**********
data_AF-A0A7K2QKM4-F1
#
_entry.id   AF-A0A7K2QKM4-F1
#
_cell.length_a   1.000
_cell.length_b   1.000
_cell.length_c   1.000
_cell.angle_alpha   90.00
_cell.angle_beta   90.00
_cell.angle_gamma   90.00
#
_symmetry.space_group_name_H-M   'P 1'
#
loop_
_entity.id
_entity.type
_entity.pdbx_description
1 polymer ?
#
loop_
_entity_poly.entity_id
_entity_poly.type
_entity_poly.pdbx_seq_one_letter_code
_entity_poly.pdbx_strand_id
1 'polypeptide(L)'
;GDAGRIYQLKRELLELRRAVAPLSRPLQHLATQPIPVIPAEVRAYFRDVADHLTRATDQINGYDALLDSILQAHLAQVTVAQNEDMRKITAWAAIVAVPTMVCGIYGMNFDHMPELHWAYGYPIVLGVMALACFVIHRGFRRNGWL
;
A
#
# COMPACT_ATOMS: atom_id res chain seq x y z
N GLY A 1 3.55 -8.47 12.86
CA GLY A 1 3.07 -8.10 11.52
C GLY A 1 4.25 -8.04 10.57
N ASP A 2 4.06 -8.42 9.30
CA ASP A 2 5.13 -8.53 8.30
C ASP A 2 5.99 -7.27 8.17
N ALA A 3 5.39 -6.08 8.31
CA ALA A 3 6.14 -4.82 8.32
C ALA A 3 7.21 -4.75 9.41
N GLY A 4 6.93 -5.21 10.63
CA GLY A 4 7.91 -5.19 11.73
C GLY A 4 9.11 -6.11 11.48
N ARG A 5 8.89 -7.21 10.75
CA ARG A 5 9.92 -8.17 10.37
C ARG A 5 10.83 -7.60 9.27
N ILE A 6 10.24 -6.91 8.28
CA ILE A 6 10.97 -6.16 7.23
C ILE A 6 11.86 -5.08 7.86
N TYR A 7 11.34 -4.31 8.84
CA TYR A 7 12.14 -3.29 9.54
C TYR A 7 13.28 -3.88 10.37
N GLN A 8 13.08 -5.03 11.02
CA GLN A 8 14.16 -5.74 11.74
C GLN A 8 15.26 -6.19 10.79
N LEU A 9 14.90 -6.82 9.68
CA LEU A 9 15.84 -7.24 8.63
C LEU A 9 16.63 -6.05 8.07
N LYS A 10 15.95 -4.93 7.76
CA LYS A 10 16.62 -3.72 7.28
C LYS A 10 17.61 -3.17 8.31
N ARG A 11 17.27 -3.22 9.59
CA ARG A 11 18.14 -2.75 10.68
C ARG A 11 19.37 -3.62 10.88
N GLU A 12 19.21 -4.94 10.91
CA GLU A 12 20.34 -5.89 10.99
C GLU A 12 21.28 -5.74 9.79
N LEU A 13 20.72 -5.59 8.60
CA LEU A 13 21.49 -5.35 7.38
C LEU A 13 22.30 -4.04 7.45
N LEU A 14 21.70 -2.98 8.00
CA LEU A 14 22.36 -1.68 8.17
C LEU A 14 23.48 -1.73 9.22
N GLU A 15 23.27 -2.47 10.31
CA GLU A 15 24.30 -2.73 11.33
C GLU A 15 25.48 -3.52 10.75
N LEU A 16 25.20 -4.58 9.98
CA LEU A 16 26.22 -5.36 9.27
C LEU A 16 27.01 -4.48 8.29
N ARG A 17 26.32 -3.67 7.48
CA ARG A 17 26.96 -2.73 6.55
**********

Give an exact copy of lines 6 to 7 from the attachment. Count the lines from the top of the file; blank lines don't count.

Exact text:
_cell.length_b   1.000
_cell.length_c   1.000